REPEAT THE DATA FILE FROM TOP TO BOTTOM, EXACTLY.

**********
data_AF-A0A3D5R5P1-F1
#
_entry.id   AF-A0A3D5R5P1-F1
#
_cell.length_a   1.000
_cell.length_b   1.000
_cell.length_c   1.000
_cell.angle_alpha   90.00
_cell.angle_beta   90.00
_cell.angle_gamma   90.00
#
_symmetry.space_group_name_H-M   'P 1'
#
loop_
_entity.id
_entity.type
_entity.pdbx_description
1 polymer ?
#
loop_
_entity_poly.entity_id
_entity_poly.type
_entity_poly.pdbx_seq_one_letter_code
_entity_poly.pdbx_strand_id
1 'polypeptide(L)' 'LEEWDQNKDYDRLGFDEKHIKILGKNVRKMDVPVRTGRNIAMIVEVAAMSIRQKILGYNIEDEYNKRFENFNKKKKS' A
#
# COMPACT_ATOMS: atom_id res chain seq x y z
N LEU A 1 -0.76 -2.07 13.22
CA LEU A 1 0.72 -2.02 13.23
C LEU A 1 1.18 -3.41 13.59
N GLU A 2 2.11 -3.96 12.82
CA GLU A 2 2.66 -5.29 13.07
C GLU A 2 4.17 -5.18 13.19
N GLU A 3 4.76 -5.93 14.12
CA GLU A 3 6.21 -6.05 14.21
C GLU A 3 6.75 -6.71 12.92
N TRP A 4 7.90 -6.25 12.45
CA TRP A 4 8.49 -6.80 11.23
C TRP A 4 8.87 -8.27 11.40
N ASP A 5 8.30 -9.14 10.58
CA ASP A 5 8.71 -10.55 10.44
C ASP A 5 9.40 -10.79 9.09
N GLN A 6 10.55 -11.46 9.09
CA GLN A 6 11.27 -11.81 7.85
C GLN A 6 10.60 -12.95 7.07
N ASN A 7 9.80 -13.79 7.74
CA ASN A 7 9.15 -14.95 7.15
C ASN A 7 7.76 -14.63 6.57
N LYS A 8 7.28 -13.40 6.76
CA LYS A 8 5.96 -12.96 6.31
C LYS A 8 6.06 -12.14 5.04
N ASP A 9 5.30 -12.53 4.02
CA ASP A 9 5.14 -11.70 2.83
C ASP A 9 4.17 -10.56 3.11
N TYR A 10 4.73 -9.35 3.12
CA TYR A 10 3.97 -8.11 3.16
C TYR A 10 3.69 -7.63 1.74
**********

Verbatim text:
data_AF-A0A3D5R5P1-F1
#
_entry.id   AF-A0A3D5R5P1-F1
#
_cell.length_a   1.000
_cell.length_b   1.000
_cell.length_c   1.000
_cell.angle_alpha   90.00
_cell.angle_beta   90.00
_cell.angle_gamma   90.00
#
_symmetry.space_group_name_H-M   'P 1'
#
loop_
_entity.id
_entity.type
_entity.pdbx_description
1 polymer ?
#
loop_
_entity_poly.entity_id
_entity_poly.type
_entity_poly.pdbx_seq_one_letter_code
_entity_poly.pdbx_strand_id
1 'polypeptide(L)' 'LEEWDQNKDYDRLGFDEKHIKILGKNVRKMDVPVRTGRNIAMIVEVAAMSIRQKILGYNIEDEYNKRFENFNKKKKS' A
#
# COMPACT_ATOMS: atom_id res chain seq x y z
N LEU A 1 -0.76 -2.07 13.22
CA LEU A 1 0.72 -2.02 13.23
C LEU A 1 1.18 -3.41 13.59
N GLU A 2 2.11 -3.96 12.82
CA GLU A 2 2.66 -5.29 13.07
C GLU A 2 4.17 -5.18 13.19
N GLU A 3 4.76 -5.93 14.12
CA GLU A 3 6.21 -6.05 14.21
C GLU A 3 6.75 -6.71 12.92
N TRP A 4 7.90 -6.25 12.45
CA TRP A 4 8.49 -6.80 11.23
C TRP A 4 8.87 -8.27 11.40
N ASP A 5 8.30 -9.14 10.58
CA ASP A 5 8.71 -10.55 10.44
C ASP A 5 9.40 -10.79 9.09
N GLN A 6 10.55 -11.46 9.09
CA GLN A 6 11.27 -11.81 7.85
C GLN A 6 10.60 -12.95 7.07
N ASN A 7 9.80 -13.79 7.74
CA ASN A 7 9.15 -14.95 7.15
C ASN A 7 7.76 -14.63 6.57
N LYS A 8 7.28 -13.40 6.76
CA LYS A 8 5.96 -12.96 6.31
C LYS A 8 6.06 -12.14 5.04
N ASP A 9 5.30 -12.53 4.02
CA ASP A 9 5.14 -11.70 2.83
C ASP A 9 4.17 -10.56 3.11
N TYR A 10 4.73 -9.35 3.12
CA TYR A 10 3.97 -8.11 3.16
C TYR A 10 3.69 -7.63 1.74